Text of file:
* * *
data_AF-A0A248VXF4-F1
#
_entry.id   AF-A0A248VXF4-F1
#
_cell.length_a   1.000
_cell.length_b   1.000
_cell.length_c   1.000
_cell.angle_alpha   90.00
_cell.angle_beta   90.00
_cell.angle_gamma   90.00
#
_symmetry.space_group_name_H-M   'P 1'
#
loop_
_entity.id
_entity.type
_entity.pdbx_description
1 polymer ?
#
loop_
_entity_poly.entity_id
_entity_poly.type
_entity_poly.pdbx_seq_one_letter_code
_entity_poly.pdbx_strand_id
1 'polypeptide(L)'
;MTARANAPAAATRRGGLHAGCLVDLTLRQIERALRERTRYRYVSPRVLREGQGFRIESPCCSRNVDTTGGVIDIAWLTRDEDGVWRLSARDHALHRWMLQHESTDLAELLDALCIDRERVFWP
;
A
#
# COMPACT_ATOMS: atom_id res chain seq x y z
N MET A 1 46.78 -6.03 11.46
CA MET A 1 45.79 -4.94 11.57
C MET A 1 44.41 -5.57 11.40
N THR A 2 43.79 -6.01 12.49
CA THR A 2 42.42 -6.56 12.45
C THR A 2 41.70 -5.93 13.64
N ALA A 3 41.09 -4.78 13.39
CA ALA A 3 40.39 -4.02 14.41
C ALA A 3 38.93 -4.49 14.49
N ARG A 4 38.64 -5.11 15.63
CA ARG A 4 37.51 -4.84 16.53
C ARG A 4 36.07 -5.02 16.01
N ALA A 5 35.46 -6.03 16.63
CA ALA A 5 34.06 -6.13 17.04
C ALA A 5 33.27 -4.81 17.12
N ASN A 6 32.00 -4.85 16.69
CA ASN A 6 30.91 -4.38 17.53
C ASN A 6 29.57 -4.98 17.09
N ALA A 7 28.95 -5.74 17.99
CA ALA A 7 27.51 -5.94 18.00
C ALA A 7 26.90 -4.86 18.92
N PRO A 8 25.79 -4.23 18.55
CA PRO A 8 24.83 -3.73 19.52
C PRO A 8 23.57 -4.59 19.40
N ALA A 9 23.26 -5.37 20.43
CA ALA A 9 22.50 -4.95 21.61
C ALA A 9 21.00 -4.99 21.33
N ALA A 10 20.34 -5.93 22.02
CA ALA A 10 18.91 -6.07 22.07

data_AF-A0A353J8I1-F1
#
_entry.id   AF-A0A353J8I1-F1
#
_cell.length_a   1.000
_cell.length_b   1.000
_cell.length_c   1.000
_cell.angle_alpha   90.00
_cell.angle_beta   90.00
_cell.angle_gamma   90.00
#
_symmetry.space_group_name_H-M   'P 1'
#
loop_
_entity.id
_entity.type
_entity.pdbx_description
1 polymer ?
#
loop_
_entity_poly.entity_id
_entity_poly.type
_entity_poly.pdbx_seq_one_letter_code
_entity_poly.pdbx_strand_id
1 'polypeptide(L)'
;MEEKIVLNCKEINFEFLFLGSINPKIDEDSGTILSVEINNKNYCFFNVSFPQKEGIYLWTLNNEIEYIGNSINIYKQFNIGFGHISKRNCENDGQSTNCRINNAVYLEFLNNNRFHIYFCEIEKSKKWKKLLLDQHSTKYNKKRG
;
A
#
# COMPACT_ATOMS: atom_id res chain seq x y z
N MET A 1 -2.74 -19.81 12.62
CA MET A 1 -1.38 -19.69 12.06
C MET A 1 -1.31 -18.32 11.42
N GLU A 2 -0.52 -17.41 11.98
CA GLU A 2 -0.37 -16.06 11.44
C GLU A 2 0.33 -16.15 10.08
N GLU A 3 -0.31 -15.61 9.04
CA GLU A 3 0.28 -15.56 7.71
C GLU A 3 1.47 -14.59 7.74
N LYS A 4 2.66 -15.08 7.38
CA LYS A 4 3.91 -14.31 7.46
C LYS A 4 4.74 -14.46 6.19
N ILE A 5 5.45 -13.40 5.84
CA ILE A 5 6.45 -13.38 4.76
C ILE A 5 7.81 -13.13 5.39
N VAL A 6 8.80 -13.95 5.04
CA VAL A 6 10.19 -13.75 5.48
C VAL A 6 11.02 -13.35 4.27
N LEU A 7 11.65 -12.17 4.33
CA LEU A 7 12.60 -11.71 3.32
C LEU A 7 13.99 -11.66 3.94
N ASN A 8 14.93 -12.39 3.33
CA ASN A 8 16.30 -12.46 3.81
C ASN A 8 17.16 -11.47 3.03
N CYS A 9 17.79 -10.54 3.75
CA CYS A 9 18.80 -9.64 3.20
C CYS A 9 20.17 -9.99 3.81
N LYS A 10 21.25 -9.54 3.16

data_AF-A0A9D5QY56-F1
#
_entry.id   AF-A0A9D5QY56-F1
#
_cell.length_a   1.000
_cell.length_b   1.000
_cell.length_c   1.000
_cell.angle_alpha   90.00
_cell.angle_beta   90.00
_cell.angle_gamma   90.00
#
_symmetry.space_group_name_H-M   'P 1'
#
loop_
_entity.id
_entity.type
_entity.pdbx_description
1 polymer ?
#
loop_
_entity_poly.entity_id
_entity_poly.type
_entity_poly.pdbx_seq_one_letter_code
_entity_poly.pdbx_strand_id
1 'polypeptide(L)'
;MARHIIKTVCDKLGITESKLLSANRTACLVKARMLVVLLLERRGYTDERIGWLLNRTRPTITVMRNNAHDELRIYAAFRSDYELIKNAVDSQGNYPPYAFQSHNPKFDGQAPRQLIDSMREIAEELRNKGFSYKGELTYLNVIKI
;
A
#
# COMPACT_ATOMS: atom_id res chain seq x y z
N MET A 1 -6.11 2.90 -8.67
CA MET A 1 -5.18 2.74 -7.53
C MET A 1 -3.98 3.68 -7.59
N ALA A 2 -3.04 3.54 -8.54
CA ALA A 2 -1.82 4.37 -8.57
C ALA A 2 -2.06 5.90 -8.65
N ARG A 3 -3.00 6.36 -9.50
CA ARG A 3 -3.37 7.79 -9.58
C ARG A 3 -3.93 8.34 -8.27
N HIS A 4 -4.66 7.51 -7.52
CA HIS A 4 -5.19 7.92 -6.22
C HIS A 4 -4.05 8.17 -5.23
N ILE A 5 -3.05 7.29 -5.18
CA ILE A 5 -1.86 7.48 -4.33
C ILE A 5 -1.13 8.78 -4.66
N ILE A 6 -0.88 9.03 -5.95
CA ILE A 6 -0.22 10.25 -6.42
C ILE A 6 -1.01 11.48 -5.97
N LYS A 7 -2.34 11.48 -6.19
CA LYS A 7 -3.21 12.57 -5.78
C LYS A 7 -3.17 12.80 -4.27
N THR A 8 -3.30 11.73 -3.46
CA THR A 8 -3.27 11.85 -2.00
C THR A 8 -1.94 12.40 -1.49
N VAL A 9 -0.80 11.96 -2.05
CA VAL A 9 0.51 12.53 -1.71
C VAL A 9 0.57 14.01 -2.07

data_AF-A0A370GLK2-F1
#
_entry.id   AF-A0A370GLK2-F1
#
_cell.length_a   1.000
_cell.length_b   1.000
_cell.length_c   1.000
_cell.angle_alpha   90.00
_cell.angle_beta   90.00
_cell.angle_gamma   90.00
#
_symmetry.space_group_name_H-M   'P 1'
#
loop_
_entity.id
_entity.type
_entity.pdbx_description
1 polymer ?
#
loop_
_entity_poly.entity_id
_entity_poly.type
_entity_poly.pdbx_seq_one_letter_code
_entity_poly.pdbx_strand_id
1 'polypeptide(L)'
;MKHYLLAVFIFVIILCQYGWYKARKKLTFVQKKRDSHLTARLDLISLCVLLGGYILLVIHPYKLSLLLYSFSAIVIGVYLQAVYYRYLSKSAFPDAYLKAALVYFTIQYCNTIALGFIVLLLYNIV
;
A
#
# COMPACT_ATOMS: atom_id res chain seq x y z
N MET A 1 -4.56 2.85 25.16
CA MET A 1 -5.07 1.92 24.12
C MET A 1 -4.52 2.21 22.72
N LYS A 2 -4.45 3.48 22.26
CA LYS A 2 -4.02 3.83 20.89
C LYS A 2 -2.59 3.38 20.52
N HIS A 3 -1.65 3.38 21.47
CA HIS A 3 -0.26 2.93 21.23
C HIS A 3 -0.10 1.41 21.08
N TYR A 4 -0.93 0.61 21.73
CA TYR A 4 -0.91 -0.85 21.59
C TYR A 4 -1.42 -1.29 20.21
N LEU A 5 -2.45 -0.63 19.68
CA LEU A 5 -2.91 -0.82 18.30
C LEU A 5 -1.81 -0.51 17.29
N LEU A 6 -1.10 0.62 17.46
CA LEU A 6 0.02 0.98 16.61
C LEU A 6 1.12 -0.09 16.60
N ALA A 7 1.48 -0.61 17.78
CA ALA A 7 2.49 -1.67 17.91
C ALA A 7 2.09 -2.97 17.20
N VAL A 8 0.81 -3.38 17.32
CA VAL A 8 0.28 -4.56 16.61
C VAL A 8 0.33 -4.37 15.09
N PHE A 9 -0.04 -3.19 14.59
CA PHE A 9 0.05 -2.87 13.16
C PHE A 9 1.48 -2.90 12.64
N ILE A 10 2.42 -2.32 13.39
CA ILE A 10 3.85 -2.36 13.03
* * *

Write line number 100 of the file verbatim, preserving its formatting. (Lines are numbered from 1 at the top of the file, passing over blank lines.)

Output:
CA LYS A 4 3.91 -14.31 7.46